Sooners, Cowboys prepare for Bedlam
BY GUERIN EMIG World Sports Writer
Monday, November 19, 2012
11/19/12 at 5:12 AM
Related Story: OU Football Notebook: Proud coach
NORMAN - After what happened at West Virginia Saturday night, history will be kind to the Mountaineers' Tavon Austin. His 572 all-purpose yards fell six shy of an NCAA record.
It will be kind to Stedman Bailey. His 13 catches for 205 yards and four touchdowns complemented Austin's 334 rushing yards dynamically.
History will be damning to the Oklahoma defense. Before Saturday, the most yards OU had ever surrendered in a single game was 616.
West Virginia went for 778, including 458 on the ground.
This just seven days after Baylor had, in the words of OU defensive coordinator Mike Stoops, "opened up Pandora's box" with 252 rushing yards.
"Hopefully we'll learn," Stoops said then, "and try to be in better position next week."
So what happened?
"They had a great plan and we didn't make great adjustments," Stoops said. "I'm disappointed in myself. I'm no martyr, believe me. We just have to come up with better stuff. It starts with us a staff."
Credit West Virginia's Dana Holgorsen for doing what Mike and Bob Stoops did not - adjusting. Desperate to spark his circling-the-drain team, Holgorsen put his best player behind quarterback Geno Smith, not wide of him, and fed him the ball to see how much damage he could inflict.
He probably figured that would be a lot, if Mike Stoops stuck to the seven-defensive-back package that Baylor exploited for its rushing output the previous Saturday. Sure enough, the seven DBs were prominent again in Morgantown.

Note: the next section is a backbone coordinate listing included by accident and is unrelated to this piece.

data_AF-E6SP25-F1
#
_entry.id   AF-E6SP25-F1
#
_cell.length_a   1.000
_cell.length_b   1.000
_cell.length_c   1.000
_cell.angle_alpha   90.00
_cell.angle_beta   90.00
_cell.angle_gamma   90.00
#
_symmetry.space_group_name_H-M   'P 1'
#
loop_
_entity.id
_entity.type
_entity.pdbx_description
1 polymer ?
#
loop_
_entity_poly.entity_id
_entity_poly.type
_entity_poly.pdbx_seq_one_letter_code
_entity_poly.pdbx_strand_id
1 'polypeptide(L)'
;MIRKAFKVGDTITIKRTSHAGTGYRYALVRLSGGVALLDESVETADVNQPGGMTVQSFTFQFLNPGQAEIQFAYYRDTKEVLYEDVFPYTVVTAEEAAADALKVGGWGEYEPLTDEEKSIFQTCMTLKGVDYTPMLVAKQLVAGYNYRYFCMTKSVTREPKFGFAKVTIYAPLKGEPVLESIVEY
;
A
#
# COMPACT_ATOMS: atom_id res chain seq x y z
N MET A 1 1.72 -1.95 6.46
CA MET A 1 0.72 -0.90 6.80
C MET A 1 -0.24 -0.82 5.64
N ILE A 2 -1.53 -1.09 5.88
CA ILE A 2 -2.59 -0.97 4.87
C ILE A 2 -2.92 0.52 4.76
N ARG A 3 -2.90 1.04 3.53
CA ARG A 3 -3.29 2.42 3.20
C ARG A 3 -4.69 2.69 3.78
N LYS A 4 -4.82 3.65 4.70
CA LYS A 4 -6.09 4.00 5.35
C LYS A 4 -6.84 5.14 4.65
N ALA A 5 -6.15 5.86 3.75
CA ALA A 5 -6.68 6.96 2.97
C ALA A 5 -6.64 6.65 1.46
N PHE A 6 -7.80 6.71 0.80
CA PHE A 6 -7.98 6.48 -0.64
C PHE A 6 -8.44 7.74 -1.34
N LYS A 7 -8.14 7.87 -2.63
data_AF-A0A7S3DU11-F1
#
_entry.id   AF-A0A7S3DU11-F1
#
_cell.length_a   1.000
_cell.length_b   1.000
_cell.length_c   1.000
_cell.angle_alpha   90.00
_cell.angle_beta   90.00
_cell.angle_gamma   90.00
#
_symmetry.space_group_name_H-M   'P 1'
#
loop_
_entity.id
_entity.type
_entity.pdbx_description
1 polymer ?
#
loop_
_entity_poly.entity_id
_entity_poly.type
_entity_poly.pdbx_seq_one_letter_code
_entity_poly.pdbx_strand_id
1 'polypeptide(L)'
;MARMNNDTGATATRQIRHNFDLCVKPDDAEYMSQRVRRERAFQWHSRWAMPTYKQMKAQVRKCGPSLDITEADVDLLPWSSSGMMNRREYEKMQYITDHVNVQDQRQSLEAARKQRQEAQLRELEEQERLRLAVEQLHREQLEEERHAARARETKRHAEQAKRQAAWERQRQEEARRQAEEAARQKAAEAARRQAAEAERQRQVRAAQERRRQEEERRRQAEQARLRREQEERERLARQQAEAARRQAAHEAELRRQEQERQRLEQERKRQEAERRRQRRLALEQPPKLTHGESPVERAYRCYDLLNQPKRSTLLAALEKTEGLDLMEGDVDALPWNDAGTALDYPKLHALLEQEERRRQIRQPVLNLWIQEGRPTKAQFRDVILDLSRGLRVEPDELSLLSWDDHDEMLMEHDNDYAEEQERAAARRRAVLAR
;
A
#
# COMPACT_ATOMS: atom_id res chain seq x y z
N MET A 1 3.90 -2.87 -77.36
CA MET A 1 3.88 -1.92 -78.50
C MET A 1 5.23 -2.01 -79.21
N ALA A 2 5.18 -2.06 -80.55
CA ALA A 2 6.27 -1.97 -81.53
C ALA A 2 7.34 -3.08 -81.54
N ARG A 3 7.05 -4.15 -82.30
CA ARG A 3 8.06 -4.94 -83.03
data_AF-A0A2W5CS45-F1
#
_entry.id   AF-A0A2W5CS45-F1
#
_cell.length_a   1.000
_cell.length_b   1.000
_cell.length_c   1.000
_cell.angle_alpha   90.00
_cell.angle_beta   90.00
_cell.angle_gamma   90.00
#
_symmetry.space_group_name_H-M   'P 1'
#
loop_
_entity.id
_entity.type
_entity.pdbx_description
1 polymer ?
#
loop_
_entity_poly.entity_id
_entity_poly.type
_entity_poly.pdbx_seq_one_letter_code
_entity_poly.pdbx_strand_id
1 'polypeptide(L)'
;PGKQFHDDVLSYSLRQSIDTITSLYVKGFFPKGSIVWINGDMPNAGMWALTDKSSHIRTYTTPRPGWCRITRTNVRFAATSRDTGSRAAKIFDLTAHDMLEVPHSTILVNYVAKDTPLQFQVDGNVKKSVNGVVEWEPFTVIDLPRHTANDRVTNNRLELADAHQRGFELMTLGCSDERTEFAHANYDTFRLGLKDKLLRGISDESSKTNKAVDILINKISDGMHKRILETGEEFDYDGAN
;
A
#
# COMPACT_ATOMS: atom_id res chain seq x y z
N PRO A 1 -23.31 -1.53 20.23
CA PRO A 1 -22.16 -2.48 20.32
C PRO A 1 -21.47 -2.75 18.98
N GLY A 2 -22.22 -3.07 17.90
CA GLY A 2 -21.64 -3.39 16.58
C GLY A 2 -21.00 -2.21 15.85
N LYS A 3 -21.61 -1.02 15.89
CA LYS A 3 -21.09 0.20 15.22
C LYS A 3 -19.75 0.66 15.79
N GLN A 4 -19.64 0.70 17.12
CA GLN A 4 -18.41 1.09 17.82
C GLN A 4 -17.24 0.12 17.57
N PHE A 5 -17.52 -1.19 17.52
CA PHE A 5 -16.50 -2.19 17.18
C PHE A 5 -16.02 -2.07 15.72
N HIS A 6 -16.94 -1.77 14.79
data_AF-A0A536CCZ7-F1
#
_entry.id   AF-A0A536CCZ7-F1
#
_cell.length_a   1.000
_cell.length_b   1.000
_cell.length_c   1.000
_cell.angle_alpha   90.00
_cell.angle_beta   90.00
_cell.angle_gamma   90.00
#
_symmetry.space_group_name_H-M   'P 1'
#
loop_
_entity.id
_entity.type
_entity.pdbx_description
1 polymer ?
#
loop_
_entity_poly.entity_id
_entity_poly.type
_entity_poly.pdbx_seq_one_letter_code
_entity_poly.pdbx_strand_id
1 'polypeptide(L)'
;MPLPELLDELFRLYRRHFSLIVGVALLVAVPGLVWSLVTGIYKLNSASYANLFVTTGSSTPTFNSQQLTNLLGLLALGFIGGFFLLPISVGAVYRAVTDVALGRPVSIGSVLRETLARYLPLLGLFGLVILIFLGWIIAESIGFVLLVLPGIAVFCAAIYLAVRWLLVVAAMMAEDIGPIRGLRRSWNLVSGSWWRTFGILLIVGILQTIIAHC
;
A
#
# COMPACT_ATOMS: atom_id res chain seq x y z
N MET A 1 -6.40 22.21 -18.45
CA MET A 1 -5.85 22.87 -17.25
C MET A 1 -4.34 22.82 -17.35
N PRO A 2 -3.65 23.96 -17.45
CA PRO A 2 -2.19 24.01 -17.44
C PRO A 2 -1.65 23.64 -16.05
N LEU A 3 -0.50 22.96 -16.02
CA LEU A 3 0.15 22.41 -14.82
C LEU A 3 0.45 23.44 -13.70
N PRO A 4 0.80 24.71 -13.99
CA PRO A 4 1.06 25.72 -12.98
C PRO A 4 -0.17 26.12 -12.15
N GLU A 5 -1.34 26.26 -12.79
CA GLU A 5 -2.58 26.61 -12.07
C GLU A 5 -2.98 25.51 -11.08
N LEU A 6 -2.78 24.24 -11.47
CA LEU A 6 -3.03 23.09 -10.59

Stoops stuck one of them, Julian Wilson, in the heart of his defense as a sort of middle linebacker several times. Not an ideal place for a guy listed at 191 pounds. Stoops kept true linebacker Frank Shannon on the field in his six-DB package.
But that did little to solve a basic problem - Austin zipping across the line of scrimmage, mostly at the expense of the soft right side of OU's defensive front; meeting little resistance at the second level, where linebackers normally are; and then making the third level, the secondary, look bad trying to tackle him in open space.
Austin singlehandedly kept West Virginia within striking distance for 2 1/2 quarters. Then Bailey turned the tables on Aaron Colvin, the OU cornerback who had gotten the better of him to that point, and started making big catches for long yardage.
The Sooners fell behind before pulling out a late victory behind the right arm of their quarterback.
"Landry (Jones) bailed us out," Mike Stoops said.
He'll have to again Saturday in Bedlam, unless OU figures some things out.
"Oklahoma State could do the same thing," Stoops bemoaned. "They have a big, physical running back that can hurt you a lot of other ways. They can pound you. Obviously, the inability to stop the run the last two weeks ... We have to make some adjustments."
He said that after the Baylor game, and the result at West Virginia was twice as bad.
"It's unacceptable," Stoops said Saturday night. "We're living on the edge."
Actually, the Mountaineers pushed them over it, and they fell farther than any OU defense ever had.
"Embarrassing," defensive captain David King called it. "For two weeks in a row we've been exposed by high-powered offenses. It's all out there on tape now. ... Something has to change."
Guerin Emig 918-581-8355
West Virginia's Tavon Austin had 572 all-purpose yards in Saturday's loss to Oklahoma. MIKE SIMONS / Tulsa World